Each of the three candidates has gone on record as having grave concerns about fracking and other forms of oil production in the Inglewood Oil Field. Daniel Lee will advocate for an end to drilling on the oil field and will urge that the land be used instead for a solar and wind farm. In addition to working on stringent oil drilling regulations, Meghan Sahli-Wells has stated she looks forward to the day when oil production will no longer take place, and the oil field will become a large public park. Thomas Small’s stated goal is to keep the oil in the ground and to transition to a renewable microgrid to secure a sustainable and resilient energy future for the City.
All three candidates have similar views on a variety of environmental issues. They would actively champion the adoption of renewable energy sources and work to make Culver City a leader in this area. This would include motivating residents and businesses to add rooftop solar installations.
They agree that Culver City should participate in the South Bay Clean Power Community Choice Aggregation. When the city adopts this approach, two significant benefits will be realized: customers’ electricity costs will be reduced, and the proportion of energy Culver City obtains from renewable sources will be dramatically increased.
The three Sierra Club-endorsed candidates have expressed concern about the storm water runoff from Ballona Creek, which is a major source of the pollution in the Santa Monica Bay. Each has described various solutions to capture storm water and reduce runoff. An essential part of the solution, according to the candidates, is working collaboratively with other cities so that the water in Ballona Creek is clean before it reaches Culver City.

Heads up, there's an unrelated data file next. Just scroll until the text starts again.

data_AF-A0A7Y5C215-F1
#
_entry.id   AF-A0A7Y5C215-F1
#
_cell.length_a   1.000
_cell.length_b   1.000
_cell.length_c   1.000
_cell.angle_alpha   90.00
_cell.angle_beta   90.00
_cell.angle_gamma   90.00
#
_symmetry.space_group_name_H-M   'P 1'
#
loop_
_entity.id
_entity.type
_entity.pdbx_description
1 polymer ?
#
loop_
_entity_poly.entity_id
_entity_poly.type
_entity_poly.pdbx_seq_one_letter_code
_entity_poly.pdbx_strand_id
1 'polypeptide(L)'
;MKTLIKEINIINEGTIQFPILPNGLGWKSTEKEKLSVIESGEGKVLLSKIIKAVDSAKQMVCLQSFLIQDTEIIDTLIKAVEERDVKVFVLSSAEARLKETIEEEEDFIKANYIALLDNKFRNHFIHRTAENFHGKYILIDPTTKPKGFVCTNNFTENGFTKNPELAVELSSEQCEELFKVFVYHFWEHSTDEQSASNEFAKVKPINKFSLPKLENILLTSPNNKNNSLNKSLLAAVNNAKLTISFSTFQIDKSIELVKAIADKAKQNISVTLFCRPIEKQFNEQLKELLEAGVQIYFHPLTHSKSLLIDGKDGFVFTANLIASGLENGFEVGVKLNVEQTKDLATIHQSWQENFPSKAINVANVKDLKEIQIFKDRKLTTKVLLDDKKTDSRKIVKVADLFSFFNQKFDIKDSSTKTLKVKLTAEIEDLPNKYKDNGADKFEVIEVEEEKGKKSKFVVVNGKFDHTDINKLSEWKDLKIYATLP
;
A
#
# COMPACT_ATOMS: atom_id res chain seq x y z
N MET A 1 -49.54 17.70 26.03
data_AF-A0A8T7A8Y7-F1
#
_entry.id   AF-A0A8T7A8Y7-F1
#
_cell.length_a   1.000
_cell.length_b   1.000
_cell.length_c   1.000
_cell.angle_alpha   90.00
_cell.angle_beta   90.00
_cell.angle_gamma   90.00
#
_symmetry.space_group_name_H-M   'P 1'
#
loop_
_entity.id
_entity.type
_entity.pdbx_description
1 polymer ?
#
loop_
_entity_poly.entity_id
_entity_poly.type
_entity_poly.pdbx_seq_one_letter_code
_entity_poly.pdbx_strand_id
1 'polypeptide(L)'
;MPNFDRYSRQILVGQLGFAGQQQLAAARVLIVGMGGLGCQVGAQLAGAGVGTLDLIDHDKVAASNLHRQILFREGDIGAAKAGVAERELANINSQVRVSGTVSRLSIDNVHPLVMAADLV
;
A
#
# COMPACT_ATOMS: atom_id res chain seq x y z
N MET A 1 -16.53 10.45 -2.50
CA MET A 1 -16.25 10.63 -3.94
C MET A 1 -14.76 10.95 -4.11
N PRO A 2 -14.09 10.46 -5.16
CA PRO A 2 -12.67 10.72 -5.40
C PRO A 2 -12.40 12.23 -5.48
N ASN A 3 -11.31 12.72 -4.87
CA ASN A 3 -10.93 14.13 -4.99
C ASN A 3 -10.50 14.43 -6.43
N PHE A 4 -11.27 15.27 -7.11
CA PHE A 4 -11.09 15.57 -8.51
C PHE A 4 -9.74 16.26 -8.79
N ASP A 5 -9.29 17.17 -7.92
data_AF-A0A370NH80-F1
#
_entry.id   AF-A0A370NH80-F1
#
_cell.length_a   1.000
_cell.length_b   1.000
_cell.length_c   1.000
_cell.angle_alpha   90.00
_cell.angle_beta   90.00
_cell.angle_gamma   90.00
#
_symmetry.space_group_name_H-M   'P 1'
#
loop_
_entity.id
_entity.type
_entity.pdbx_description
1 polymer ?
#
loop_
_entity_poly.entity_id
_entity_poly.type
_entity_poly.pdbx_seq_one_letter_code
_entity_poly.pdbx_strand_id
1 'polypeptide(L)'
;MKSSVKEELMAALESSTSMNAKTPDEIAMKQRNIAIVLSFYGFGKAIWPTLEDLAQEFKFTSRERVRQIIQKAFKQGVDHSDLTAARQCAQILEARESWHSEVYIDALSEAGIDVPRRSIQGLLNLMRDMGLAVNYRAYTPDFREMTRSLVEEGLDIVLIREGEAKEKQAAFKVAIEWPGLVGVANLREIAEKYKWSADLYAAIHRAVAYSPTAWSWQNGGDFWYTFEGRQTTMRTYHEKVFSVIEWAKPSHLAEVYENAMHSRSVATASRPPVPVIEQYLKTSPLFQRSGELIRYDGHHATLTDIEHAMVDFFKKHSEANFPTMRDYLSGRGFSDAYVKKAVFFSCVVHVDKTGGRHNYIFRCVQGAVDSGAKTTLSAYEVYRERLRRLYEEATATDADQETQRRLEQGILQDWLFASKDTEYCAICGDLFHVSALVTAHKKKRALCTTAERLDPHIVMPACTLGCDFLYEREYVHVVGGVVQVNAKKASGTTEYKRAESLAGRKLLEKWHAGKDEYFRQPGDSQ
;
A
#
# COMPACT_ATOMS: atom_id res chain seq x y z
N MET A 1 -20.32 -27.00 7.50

All agree with a number of other environmental perspectives: that water conservation be actively encouraged; that Styrofoam be banned; and that residents be provided with better opportunities to walk, bike and take public transportation. They also agree that the City must find ways to minimize the impacts on Blair Hills residents as the Park to Playa trail is being extended from Kenneth Hahn Recreation Area to the Nature Center and Ballona Creek, and then finally on to the ocean.
The Sierra Club is America’s largest and most influential grassroots environmental organization, with more than 2.4 million members and supporters. In addition to helping people from all backgrounds explore nature and our outdoor heritage, the Sierra Club works to promote clean energy, safeguard the health of our communities, protect wildlife, and preserve our remaining wild places through grassroots activism, public education, lobbying, and legal action.
— Sierra Club